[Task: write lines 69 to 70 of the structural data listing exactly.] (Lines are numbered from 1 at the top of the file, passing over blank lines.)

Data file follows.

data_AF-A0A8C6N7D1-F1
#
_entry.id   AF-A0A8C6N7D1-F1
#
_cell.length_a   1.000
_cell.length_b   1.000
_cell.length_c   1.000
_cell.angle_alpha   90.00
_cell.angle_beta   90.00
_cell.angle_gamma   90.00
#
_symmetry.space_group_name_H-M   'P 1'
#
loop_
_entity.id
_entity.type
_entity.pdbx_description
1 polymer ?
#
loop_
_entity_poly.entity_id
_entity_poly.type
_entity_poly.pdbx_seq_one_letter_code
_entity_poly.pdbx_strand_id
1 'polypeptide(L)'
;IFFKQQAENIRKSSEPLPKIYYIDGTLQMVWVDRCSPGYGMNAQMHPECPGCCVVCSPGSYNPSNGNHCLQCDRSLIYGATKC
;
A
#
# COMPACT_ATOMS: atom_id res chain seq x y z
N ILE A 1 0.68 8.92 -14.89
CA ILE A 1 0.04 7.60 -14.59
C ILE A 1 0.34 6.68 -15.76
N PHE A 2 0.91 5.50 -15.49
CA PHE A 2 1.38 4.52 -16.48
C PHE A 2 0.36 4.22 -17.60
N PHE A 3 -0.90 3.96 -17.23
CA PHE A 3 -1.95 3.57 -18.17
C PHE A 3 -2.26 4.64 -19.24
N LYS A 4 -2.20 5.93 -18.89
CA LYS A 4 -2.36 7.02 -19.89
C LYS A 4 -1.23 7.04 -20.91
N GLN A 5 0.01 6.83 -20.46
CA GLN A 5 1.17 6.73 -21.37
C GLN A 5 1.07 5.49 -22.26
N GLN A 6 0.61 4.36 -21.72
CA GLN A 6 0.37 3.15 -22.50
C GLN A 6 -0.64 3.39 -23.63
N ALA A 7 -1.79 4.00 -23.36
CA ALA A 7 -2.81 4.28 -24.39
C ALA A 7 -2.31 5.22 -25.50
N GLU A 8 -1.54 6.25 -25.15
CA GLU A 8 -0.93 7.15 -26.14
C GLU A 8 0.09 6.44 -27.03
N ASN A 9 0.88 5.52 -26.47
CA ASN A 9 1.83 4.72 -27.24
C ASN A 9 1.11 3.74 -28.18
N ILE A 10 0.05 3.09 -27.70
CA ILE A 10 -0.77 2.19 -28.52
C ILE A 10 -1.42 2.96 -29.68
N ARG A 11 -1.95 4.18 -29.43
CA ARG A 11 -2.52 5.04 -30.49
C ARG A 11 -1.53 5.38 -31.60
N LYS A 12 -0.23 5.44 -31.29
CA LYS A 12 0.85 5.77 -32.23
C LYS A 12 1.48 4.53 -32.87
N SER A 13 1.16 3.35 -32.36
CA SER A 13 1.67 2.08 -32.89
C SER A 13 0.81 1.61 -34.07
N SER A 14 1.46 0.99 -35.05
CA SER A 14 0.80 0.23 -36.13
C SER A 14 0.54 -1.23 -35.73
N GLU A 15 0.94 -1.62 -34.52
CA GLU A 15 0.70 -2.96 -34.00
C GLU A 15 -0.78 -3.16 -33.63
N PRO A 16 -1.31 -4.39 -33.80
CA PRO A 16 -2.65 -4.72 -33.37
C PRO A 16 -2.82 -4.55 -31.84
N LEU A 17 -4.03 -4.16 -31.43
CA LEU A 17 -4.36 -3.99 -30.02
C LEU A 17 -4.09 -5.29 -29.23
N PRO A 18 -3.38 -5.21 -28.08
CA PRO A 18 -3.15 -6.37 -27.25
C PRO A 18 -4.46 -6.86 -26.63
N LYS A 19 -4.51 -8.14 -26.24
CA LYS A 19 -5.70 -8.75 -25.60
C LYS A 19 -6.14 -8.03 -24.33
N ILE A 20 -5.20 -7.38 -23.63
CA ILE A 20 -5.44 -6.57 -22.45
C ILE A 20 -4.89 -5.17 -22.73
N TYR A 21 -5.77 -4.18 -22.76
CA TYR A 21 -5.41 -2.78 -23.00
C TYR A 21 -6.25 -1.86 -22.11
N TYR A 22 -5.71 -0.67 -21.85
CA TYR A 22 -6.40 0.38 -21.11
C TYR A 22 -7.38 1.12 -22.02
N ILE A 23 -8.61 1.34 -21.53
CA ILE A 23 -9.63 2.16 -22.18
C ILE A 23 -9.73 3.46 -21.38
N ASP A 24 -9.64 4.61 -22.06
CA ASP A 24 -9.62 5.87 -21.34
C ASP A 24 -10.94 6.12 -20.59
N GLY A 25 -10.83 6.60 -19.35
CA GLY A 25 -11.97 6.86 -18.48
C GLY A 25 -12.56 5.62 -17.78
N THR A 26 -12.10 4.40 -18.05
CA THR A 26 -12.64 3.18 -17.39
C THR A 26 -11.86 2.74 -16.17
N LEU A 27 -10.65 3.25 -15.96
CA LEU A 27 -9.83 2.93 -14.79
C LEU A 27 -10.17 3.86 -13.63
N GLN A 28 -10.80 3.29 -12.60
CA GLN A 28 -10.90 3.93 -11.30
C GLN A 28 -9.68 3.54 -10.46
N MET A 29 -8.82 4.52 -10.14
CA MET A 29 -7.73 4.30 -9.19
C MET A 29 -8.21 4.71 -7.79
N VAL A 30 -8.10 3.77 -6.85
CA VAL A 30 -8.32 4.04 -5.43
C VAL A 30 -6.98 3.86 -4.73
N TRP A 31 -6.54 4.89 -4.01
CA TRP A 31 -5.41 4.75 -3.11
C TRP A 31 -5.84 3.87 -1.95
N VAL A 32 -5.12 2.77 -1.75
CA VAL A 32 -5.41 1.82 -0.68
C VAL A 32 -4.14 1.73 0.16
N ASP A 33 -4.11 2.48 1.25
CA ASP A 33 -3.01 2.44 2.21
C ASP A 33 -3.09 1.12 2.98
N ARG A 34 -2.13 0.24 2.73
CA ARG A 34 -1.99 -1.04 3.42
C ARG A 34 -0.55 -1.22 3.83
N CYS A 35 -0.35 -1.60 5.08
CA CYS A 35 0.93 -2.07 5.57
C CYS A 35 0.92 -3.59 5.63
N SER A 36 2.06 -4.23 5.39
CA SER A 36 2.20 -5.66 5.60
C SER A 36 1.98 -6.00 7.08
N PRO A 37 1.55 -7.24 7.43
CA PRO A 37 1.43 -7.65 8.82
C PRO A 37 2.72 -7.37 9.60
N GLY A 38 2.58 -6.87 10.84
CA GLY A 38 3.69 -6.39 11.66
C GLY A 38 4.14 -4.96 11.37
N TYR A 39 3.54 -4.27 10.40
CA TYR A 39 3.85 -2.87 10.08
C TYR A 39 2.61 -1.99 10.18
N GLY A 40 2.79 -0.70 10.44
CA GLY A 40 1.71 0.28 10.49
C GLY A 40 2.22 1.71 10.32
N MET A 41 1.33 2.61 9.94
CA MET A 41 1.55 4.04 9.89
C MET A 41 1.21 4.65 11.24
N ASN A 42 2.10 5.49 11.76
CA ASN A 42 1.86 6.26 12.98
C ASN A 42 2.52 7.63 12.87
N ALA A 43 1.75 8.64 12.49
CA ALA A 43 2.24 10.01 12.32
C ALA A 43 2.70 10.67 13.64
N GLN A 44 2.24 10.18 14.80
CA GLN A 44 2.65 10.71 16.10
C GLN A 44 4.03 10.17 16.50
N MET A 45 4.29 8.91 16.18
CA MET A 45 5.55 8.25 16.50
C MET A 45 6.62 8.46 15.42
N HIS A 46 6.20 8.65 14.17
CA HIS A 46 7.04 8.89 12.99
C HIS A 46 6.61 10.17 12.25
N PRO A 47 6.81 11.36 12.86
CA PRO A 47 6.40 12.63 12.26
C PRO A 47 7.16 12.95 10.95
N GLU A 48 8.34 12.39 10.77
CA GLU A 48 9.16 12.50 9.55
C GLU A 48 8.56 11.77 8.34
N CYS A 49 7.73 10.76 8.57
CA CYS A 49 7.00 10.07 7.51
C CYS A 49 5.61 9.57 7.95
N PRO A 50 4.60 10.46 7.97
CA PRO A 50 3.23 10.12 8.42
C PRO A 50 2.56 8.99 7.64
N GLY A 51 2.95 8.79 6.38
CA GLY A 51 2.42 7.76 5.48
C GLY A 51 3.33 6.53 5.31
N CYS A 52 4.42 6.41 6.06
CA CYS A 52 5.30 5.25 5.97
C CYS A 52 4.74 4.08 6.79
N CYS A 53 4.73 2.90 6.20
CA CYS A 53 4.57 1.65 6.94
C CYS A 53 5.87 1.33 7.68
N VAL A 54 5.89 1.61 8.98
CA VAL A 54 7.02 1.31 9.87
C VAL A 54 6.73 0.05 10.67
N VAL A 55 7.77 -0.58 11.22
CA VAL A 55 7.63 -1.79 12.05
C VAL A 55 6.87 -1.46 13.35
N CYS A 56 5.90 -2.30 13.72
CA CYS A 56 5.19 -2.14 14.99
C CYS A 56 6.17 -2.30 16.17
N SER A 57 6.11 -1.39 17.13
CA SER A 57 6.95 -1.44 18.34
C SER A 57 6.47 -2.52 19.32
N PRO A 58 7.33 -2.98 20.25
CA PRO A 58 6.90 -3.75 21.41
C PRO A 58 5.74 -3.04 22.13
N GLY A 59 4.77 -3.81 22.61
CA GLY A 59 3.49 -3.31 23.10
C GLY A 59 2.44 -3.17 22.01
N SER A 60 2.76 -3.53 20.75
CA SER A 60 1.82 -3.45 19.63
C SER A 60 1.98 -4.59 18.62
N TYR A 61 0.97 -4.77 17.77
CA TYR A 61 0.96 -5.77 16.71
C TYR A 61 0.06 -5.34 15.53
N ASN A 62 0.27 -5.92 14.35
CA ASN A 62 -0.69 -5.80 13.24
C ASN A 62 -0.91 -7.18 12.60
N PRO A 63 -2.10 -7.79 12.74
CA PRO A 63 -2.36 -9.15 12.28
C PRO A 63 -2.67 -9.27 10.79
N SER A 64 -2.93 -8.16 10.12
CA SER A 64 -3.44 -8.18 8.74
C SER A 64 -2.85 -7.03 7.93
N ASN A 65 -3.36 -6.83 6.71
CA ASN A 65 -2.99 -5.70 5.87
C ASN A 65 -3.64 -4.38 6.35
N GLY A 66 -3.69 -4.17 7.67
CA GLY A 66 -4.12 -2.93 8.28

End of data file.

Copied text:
C SER A 13 0.81 1.61 -34.07
N SER A 14 1.46 0.99 -35.05